Tales of a Midwest Lutheran on the East Coast

Monday, June 20, 2016

Name the Demons

Sermon 6-19-16
Grace to you and peace from God our father and from our Lord and Savior Jesus the Christ, Amen.

One hundred and fifty-one years ago in Texas, the last slaves in the South were told the good news that the Civil War was finally over, the North was victorious, and they were free at last as decreed by the Emancipation Proclamation. This was June nineteenth, 1865, which later became Juneteenth, which is today.

Only, when the news finally arrived in Texas, which was at the very edge of the United States at the time, they also found out that they had already been declared free over two and a half years BEFORE. So for two and a half years, these slaves had effectively been emancipated, and didn’t know it. For two and a half years, they were free but not free at the same time. It was not until the Texas border had been crossed and the Emancipation Proclamation read in the hearing of the people, that everyone heard the good news of freedom.

Just two days ago also marks another anniversary. On June 17th, 2015, a white man attended a Bible study at Mother Emmanuel AME Church in Charleston, South Carolina. He opened fire and killed nine people, including their pastor, Clementa C. Pinckney. Reverend Pinckney had graduated with his masters of divinity from an ELCA seminary with a friend of mine. And the shooter, a self-admitted white supremacist, had been brought up in an ELCA church. This was just a year ago, just days before the one hundred and fiftieth anniversary of the first Juneteenth. On hundred and fifty years later, there are still people out there that don’t want to believe Paul when he says that there is no slave or free, that we are one in Jesus Christ. Add easy access to weapons of mass murder to the mix, and you have a recipe for tragedy that just gets repeated, over and over again.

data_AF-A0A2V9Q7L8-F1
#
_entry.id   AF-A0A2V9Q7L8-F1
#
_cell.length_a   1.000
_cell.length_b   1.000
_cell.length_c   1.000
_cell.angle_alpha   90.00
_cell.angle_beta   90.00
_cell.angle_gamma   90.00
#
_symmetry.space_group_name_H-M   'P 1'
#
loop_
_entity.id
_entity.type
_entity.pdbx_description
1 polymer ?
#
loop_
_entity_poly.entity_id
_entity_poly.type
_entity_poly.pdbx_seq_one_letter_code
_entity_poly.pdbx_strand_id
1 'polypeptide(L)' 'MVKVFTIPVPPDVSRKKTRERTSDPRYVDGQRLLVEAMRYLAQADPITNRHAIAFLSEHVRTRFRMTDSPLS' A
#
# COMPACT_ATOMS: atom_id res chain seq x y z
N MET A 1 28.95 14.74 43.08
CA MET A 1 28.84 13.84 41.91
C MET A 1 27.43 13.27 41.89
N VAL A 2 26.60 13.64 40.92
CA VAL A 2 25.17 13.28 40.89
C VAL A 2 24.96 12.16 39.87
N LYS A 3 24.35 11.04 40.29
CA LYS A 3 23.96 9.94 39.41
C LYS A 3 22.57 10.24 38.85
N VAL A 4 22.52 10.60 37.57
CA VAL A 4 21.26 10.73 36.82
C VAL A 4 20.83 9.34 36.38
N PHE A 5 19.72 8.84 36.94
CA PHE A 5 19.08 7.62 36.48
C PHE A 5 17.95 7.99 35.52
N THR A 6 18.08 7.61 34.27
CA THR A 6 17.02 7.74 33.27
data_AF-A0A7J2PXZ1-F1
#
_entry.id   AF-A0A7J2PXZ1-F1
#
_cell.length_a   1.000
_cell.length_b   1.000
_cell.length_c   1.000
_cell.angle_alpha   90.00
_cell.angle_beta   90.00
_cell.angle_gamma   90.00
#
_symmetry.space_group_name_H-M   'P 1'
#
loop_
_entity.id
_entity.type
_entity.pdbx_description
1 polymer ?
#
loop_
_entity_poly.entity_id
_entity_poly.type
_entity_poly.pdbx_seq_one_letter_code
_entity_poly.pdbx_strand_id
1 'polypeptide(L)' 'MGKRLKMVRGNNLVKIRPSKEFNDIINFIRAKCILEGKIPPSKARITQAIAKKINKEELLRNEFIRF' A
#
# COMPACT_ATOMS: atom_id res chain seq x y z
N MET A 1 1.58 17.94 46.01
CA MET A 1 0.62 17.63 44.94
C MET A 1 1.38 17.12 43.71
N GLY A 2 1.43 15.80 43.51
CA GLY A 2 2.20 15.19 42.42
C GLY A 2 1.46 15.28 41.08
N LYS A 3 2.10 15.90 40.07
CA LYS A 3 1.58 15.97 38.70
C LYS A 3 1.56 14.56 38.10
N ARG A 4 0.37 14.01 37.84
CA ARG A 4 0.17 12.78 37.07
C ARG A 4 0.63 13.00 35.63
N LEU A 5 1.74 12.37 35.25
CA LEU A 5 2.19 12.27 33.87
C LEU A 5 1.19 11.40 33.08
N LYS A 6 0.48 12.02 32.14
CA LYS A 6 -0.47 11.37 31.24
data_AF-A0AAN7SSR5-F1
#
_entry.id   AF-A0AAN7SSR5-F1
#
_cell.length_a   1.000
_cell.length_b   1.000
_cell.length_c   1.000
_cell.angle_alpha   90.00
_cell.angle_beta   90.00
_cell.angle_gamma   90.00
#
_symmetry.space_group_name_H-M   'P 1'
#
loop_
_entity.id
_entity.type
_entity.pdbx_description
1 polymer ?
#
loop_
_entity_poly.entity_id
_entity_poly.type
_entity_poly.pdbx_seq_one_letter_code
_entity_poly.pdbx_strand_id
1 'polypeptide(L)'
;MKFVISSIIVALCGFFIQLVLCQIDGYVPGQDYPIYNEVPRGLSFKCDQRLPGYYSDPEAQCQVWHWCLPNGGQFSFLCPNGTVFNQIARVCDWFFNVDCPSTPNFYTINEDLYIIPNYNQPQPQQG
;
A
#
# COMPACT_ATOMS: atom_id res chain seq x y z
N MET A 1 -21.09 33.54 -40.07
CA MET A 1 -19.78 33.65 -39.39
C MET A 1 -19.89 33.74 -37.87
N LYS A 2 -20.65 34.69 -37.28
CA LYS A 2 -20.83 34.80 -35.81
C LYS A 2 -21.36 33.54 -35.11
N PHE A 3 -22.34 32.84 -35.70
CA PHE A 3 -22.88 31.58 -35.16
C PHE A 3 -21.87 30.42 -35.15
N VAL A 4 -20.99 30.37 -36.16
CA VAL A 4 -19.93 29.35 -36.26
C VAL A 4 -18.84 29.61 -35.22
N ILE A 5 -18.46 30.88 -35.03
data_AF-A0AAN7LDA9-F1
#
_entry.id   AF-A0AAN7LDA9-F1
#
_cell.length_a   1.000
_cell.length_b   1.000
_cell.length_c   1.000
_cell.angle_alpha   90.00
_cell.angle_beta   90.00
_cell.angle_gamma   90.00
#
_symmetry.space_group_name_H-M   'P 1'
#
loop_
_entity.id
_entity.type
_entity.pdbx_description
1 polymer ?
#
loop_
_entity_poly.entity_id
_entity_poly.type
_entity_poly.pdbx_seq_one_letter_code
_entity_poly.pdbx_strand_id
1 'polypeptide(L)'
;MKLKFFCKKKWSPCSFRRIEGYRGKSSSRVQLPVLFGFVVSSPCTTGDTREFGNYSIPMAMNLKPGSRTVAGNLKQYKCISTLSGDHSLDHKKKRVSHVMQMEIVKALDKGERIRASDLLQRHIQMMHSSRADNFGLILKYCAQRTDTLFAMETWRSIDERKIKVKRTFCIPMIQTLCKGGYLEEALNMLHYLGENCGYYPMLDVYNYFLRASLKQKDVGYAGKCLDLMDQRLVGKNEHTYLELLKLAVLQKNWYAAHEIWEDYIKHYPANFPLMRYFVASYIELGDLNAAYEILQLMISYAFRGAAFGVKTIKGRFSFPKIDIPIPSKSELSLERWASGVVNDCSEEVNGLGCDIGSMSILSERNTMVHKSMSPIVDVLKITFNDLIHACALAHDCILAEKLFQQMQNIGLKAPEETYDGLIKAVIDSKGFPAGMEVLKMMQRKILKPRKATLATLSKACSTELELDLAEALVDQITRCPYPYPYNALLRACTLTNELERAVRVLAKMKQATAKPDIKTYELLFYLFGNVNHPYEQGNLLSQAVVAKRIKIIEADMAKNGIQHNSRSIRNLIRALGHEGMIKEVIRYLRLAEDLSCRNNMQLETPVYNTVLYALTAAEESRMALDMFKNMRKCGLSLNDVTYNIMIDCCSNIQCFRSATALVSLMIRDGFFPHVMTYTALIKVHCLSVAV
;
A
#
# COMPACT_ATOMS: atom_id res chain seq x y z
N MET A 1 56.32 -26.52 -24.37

In fact, this kind of tragedy has become so abundantly present in our cultural climate that the Merriam Webster dictionary lists THIS sentence as an example of the word “Tragedy”: “The situation ended in tragedy when the gunman shot and killed two students.”. At some point, this kind of violence became common enough to become as part of a dictionary definition in the English language. There it is. And there it is, and there it is again. As if ripped straight from the headlines.

How are we supposed to live, work, go to school, or raise families hearing about these tragic events of violence nearly every day, nearly every hour? Should we close ourselves off because the news is just too heartbreaking for us to bear, or because it doesn’t apply directly to us, in order to wait for Jesus to come back and fix everything?  Or should we instead, on the opposite end of the spectrum, become so fanatical and zealous for what is right that we risk completely alienating our friends, classmates, coworkers, and family members who aren’t on board with us? Both are temping but neither one is an ideal option. And neither one is how God would have us live in our world saturated with the suffering we inflict on one another.